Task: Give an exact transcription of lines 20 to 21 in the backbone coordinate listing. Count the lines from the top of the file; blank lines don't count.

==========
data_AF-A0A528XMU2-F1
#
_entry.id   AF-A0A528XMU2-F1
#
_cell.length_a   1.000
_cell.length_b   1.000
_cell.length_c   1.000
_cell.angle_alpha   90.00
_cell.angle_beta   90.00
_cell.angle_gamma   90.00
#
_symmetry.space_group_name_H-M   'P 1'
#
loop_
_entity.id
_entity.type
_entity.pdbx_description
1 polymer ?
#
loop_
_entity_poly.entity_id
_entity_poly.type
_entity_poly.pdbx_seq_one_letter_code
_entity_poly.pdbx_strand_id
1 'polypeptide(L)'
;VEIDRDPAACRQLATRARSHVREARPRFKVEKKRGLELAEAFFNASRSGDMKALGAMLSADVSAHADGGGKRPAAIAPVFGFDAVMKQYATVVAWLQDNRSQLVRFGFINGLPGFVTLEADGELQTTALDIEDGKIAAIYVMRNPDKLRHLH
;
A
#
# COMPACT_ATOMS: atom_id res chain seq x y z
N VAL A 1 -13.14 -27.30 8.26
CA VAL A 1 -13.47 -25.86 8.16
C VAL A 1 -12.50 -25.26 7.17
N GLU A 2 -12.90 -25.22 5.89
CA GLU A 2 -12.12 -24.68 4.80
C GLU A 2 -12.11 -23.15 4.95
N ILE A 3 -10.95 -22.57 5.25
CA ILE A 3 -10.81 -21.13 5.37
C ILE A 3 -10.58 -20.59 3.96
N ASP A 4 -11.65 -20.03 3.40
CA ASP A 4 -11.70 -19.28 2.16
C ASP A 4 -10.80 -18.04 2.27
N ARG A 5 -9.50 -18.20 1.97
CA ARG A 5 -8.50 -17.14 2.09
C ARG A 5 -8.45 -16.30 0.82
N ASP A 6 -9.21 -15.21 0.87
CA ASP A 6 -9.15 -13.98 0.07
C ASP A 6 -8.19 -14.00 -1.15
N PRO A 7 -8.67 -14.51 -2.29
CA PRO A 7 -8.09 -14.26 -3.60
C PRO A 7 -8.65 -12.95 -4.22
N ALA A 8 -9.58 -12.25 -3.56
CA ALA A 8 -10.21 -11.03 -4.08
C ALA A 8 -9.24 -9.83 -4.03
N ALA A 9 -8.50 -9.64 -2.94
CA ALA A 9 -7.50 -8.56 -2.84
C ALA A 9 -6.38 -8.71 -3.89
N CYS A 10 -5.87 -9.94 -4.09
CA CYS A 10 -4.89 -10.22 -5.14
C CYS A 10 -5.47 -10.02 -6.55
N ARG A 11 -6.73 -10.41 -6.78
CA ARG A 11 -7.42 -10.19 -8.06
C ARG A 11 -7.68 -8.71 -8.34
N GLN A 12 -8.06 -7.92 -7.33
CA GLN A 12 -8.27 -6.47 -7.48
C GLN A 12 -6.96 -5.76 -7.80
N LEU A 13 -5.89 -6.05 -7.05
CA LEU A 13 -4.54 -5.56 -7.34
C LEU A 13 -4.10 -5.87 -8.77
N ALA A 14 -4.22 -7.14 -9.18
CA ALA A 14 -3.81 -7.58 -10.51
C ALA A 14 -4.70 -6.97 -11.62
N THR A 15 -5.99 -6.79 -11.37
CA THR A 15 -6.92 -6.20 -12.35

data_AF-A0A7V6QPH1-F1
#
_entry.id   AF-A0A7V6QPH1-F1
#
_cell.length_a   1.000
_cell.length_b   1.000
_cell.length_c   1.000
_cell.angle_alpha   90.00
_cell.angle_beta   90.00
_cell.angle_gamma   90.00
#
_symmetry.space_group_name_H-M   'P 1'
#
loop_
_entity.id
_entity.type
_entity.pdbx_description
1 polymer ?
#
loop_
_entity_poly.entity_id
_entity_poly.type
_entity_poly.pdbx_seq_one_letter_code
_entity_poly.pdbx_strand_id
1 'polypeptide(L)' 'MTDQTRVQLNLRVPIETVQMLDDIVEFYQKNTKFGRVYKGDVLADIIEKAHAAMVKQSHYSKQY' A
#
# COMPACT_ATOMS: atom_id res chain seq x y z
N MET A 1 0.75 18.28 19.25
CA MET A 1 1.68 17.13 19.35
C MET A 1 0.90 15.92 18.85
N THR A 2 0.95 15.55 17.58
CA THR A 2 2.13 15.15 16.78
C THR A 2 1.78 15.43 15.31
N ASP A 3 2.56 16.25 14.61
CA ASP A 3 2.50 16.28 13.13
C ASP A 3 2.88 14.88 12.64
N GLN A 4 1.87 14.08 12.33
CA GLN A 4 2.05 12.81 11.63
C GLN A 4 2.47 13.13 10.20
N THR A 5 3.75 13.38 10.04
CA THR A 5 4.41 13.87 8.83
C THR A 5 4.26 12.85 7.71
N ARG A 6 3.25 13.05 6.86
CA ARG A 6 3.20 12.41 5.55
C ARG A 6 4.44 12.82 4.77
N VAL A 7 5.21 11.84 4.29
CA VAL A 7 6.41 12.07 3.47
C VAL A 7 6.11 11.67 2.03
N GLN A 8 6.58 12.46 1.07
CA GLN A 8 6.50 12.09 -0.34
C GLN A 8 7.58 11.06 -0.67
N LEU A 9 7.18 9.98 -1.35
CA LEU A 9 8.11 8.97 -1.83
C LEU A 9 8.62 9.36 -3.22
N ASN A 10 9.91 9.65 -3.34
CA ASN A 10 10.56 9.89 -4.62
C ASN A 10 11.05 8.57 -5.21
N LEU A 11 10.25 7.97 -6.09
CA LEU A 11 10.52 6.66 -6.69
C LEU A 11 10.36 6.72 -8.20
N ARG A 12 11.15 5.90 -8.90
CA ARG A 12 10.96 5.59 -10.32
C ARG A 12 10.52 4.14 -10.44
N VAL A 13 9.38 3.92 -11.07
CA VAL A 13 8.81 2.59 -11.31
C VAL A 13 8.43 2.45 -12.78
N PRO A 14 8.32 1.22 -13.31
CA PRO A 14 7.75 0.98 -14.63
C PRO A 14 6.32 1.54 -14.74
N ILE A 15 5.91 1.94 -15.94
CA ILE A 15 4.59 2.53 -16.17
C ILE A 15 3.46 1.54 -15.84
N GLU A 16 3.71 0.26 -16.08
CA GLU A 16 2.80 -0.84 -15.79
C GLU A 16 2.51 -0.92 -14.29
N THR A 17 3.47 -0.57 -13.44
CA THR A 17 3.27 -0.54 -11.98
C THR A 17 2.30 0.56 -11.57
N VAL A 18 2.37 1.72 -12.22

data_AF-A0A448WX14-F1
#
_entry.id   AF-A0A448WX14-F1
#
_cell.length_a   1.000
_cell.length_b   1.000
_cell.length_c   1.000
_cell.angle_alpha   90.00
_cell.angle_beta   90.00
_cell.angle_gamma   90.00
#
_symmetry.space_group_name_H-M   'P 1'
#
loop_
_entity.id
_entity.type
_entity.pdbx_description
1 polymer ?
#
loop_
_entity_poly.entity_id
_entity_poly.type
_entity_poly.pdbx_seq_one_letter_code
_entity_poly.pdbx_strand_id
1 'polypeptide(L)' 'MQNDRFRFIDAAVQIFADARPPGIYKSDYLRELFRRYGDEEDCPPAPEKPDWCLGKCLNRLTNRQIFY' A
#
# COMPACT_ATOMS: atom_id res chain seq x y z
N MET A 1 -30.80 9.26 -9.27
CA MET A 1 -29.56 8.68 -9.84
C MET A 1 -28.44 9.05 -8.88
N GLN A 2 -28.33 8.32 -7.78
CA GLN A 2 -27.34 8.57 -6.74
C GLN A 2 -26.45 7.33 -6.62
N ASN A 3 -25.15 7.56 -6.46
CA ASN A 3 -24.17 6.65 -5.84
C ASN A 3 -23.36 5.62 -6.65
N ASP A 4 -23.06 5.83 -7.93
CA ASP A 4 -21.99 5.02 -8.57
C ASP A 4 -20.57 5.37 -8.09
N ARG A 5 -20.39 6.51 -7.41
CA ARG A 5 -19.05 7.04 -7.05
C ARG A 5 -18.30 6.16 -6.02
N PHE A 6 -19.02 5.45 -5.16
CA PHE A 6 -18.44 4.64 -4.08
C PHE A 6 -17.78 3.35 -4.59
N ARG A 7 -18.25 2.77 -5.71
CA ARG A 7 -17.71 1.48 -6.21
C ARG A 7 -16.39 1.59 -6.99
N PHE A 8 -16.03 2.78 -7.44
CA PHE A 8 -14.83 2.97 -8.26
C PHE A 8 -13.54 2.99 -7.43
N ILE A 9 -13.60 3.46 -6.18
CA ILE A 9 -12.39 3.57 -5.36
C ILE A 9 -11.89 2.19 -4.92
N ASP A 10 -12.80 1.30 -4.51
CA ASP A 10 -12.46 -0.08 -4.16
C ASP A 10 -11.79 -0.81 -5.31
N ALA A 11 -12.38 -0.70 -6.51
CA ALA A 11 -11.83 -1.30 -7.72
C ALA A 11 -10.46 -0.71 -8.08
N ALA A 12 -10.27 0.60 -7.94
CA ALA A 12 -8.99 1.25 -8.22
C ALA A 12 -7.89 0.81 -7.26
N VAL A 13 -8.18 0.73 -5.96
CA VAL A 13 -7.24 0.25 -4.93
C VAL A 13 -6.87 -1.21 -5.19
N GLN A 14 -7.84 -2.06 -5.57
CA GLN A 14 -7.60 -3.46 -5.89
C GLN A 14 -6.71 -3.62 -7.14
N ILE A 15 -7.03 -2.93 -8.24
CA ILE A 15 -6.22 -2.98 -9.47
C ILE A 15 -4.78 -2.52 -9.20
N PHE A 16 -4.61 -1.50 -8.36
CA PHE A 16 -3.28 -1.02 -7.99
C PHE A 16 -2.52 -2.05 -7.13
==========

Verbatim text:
loop_
_entity_poly.entity_id